Delicious meat-free recipes from the megachef, including grilled Margherita and olive-fontina pizzas and marinated sardines with fennel, raisins, and pine nuts.
Food & Wine
February 05, 2013
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Mixed Vegetable and Farro Soup
Eataly's vegetable counter specializes in vegan dishes—specifically, vegan dishes that people might not suspect are vegan. One is this thick, hearty soup made with a colorful mix of carrots, peas, leek and onion. Mario Batali also adds borlotti beans and farro, which make the soup hearty enough to be a main course. The crunchy grissini on the side aren't vegan; they're sweetened with honey.
This is Mario Batali's variation on a classic dish from the coastal villages outside of Trieste, where the fresh seafood is among the most prized in the world. The polenta that accompanies the shrimp must be very soft, almost saucelike. "Thick, lumpy polenta is criminal in that part of Italy, and justly so," Batali says.
"This pasta," Mario Batali says, "always propels me into fall." You can substitute pumpkin or hubbard squash—whichever looks more beautiful at your market—for the butternut. "Cook the squash until it's soft but not falling apart—you don't want al dente squash, but you don't want mush either," Batali says.
Tortilla española exists in almost every corner of Spain: as a tapa in fancy city restaurants; as a filling for bocadillos (sandwiches) at gas-station cafés; as a main course served on worn metal plates in home kitchens. Mario Batali's version, based on one he tasted in the Ribera del Duero wine region, is baked until golden brown and offers an especially high ratio of potatoes to eggs.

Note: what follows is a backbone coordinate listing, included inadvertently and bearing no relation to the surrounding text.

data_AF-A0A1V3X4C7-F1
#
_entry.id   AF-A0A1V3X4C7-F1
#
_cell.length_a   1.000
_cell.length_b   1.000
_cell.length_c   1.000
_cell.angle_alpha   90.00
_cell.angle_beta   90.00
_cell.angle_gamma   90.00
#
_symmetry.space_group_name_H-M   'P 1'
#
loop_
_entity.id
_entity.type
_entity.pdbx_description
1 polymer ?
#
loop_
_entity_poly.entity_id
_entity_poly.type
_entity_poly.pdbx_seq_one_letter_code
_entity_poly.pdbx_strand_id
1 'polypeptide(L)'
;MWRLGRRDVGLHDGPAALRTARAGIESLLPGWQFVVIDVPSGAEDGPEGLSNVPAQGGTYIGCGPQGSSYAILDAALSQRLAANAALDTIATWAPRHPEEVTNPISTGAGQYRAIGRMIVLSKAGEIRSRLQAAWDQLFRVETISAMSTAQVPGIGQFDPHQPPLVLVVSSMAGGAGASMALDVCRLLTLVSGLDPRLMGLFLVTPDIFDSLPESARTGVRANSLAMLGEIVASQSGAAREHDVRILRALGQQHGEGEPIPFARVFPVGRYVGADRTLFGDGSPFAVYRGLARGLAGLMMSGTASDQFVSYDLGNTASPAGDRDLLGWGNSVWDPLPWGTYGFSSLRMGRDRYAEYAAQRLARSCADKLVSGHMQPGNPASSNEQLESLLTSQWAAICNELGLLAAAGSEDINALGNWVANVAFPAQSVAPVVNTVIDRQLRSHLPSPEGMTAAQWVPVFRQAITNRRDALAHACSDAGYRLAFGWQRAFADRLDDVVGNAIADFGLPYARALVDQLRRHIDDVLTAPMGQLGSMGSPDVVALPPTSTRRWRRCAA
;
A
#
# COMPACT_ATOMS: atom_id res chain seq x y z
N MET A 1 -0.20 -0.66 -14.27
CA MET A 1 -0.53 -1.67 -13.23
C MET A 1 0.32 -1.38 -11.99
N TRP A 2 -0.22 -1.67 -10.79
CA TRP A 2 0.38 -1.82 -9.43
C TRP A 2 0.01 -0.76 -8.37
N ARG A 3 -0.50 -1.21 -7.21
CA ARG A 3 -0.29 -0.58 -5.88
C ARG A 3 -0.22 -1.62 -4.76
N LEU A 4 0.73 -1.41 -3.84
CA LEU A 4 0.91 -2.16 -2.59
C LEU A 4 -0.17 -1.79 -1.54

Most typical Italian pizzerias combine double zero flour (made from soft wheat) with all-purpose flour (made from hard wheat) to create the best crust. Look for double zero flour at Italian specialty shops or substitute cake flour.
Marinated Sardines with Fennel, Raisins and Pine Nuts
"You need a wine that can counterbalance these intense sardines," says Dan Amatuzzi of Mario Batali's quickly fried fish marinated in sweet Champagne vinegar, the classic Venetian dish sardines in saor. He selects a Verdicchio from Le Marche with sweet pear notes.
For Eataly's seafood dishes, Mario Batali enlisted the help of Dave Pasternack, chef-partner at his outstanding restaurant Esca. "This gives Dave another place to play with fish," Batali says. "Plus, I don't go to the Olympics without bringing my MVPs." Together they created this earthy salad with chopped cured anchovies in the dressing.
"This dough is not the kind you throw in the air like in the movies," Mario Batali says. He grills the crusts until they're delectably charred, then adds one of two simple toppings—a classic Margherita with tomato sauce, mozzarella and basil, and a pungent mix of Fontina, black olives and pine nuts. For the Nascar cookout, Batali cuts the pies into small wedges as appetizers but notes that they're also hearty enough to be a main course.
When Mario Batali and his friends arrived at Cambados, a coastal village in Galicia, they were put to work harvesting clams. Later at the Vionta Winery, just outside Cambados, Mario built a fire from dried grapevines and corncobs—"for a bit of sweetness"—and grilled lobsters and navajas (razor clams).